Or perhaps our universe is not someone’s science experiment, but rather the result of an evolutionary process. Leonard Susskind, the developer of string theory, and Lee Smolin, a theoretical physicist and expert on quantum gravity, have suggested that universes give rise to other universes in a natural, evolutionary process that gradually refines the natural constants. Smolin postulates that universes best able to product black holes are the ones that are most likely to reproduce. Smolin explains, “Reproduction through black holes leads to a multiverse in which the conditions for life are common — essentially because some of the conditions life requires, such as plentiful carbon, also boost the formation of stars massive enough to become black holes.”1
As an alternative to Smolin’s concept of it being a coincidence that black holes and biological life both need similar conditions (such as large amounts of carbon), Jim Gardner and I have put forth the conjecture that it is precisely the intelligence that derives from biological life and its technological creations that are likely to engineer new universes with intelligently set parameters. In this thesis, there is still an important role for black holes, because black holes represent the ultimate computer. Now that Stephen Hawking has conceded that we can get information out of a black hole (because the particles comprising the Hawking radiation remain quantum-entangled with particles flying into the black hole), the extreme density of matter and energy in a black hole make it the ultimate computer. If we think of evolving universes as the ultimate evolutionary algorithm, the utility function (that is, the property being optimized in an evolutionary process) would be its ability to produce intelligent computation.
This line of reasoning sheds some light on the Fermi paradox. The Drake formula provides a means to estimate the number of intelligent civilizations in a galaxy or in the universe. Essentially, the likelihood of a planet evolving biological life that has created sophisticated technology is tiny, but there are so many star systems, that there should still be many millions of such civilizations. Carl Sagan’s analysis of the Drake formula concludes that there should be around a million civilizations with advanced technology in our galaxy, while Frank Drake estimated around 10,000. And there are many billions of galaxies. Yet we don’t notice any of these intelligent civilizations, hence the paradox that Fermi described in his famous comment. As Jim Gardner and others have asked, where is everyone?
We can readily explain why any one of these civilizations might be quiet. Perhaps it destroyed itself. Perhaps it is following the Star Trek ethical guideline to avoid interference with primitive civilizations (such as ours). These explanations make sense for any one civilization, but it is not credible, in my view, that every one of the billions of technology capable civilizations that should exist has destroyed itself or decided to remain quiet.
The SETI project is sometimes described as trying to find a needle (evidence of a technical civilization) in a haystack (all the natural signals in the universe). But actually, any technologically sophisticated civilization would be generating trillions of trillions of needles (noticeably intelligent signals). Even if they have switched away from electromagnetic transmissions as a primary form of communication, there would still be vast artifacts of electromagnetic phenomenon generated by all of the many computational and communication processes that such a civilization would need to engage in.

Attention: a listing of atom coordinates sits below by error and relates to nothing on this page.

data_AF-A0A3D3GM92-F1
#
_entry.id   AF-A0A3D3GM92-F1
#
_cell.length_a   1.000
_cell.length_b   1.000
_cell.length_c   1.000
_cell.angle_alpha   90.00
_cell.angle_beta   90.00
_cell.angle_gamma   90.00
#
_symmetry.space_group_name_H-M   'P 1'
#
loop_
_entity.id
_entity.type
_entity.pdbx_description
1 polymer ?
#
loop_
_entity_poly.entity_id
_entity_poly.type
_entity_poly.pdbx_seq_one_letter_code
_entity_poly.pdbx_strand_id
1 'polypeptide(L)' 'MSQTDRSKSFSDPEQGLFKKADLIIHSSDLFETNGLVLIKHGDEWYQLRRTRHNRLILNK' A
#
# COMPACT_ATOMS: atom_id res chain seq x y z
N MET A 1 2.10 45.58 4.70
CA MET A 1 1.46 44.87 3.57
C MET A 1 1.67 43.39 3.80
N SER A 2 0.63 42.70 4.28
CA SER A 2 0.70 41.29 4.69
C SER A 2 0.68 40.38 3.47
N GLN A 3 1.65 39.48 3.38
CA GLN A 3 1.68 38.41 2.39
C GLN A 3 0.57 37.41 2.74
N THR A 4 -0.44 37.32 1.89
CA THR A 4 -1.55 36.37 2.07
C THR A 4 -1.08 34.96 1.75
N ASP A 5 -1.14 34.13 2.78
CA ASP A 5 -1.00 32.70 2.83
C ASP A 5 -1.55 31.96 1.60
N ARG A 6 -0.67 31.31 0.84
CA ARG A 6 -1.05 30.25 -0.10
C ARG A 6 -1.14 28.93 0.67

Now let’s factor in the law of accelerating returns. The common wisdom (based on what I call the intuitive linear perspective) is that it would take many thousands, if not millions of years, for an early technological civilization to become capable of technology that spanned a solar system. But as I argued previously, because of the explosive nature of exponential growth, it will only take a quarter of a millennium (in our own case) to go from sending messages on horseback to saturating the matter and energy in our solar system with sublimely intelligent processes.
According to most analyses of the Drake equation, there should be billions of civilizations, and a substantial fraction of these should be ahead of us by millions of years. That’s enough time for many of them to be capable of vast galaxy-wide technologies. So how can it be that we haven’t noticed any of the trillions of trillions of “needles” that each of these billions of advanced civilizations should be creating?
My own conclusion is that they don’t exist. If it seems unlikely that we would be in the lead in the universe, here on the third planet of a humble star in an otherwise undistinguished galaxy, it’s no more perplexing than the existence of our universe with its ever so precisely tuned formulas to allow life to evolve in the first place.
It is not possible to do justice to this dilemma in a foreword. It would take a book to do that, and Jim Gardner has written that book. Muriel Rukeyser wrote, “The universe is made of stories, not atoms,” and in this book, Gardner tells us the universe’s own fascinating and unfinished story. Perhaps even more intriguing, Gardner relays in a clear and compelling manner the gripping stories of the rich, intellectual ferment from which our understanding of the universe is emerging.